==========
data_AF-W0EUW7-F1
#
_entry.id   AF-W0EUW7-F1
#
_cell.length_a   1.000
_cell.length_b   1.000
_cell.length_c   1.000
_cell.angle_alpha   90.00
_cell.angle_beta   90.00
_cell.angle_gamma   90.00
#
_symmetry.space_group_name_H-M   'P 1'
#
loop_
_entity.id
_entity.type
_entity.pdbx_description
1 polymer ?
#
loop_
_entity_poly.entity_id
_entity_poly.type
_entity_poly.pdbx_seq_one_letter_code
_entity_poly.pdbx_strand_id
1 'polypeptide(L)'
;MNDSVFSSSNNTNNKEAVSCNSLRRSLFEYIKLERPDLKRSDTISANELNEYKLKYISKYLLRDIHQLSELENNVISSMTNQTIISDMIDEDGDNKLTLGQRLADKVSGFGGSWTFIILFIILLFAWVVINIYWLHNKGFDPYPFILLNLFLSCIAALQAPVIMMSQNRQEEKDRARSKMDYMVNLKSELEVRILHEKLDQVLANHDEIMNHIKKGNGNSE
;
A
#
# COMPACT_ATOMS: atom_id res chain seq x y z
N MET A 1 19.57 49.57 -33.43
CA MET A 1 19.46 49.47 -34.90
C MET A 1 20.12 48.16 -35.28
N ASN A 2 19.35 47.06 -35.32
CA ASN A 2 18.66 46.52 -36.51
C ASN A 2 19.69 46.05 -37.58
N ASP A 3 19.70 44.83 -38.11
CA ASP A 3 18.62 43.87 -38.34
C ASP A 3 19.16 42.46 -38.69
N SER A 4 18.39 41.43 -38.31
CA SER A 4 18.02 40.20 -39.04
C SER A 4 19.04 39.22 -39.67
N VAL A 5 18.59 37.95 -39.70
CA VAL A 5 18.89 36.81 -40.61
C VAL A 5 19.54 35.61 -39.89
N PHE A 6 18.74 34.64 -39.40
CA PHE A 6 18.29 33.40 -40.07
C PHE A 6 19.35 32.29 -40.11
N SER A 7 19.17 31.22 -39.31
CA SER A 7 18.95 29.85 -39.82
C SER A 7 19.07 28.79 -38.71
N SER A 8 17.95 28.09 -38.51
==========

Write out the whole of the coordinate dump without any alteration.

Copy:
data_AF-W0EUW7-F1
#
_entry.id   AF-W0EUW7-F1
#
_cell.length_a   1.000
_cell.length_b   1.000
_cell.length_c   1.000
_cell.angle_alpha   90.00
_cell.angle_beta   90.00
_cell.angle_gamma   90.00
#
_symmetry.space_group_name_H-M   'P 1'
#
loop_
_entity.id
_entity.type
_entity.pdbx_description
1 polymer ?
#
loop_
_entity_poly.entity_id
_entity_poly.type
_entity_poly.pdbx_seq_one_letter_code
_entity_poly.pdbx_strand_id
1 'polypeptide(L)'
;MNDSVFSSSNNTNNKEAVSCNSLRRSLFEYIKLERPDLKRSDTISANELNEYKLKYISKYLLRDIHQLSELENNVISSMTNQTIISDMIDEDGDNKLTLGQRLADKVSGFGGSWTFIILFIILLFAWVVINIYWLHNKGFDPYPFILLNLFLSCIAALQAPVIMMSQNRQEEKDRARSKMDYMVNLKSELEVRILHEKLDQVLANHDEIMNHIKKGNGNSE
;
A
#
# COMPACT_ATOMS: atom_id res chain seq x y z
N MET A 1 19.57 49.57 -33.43
CA MET A 1 19.46 49.47 -34.90
C MET A 1 20.12 48.16 -35.28
N ASN A 2 19.35 47.06 -35.32
CA ASN A 2 18.66 46.52 -36.51
C ASN A 2 19.69 46.05 -37.58
N ASP A 3 19.70 44.83 -38.11
CA ASP A 3 18.62 43.87 -38.34
C ASP A 3 19.16 42.46 -38.69
N SER A 4 18.39 41.43 -38.31
CA SER A 4 18.02 40.20 -39.04
C SER A 4 19.04 39.22 -39.67
N VAL A 5 18.59 37.95 -39.70
CA VAL A 5 18.89 36.81 -40.61
C VAL A 5 19.54 35.61 -39.89
N PHE A 6 18.74 34.64 -39.40
CA PHE A 6 18.29 33.40 -40.07
C PHE A 6 19.35 32.29 -40.11
N SER A 7 19.17 31.22 -39.31
CA SER A 7 18.95 29.85 -39.82
C SER A 7 19.07 28.79 -38.71
N SER A 8 17.95 28.09 -38.51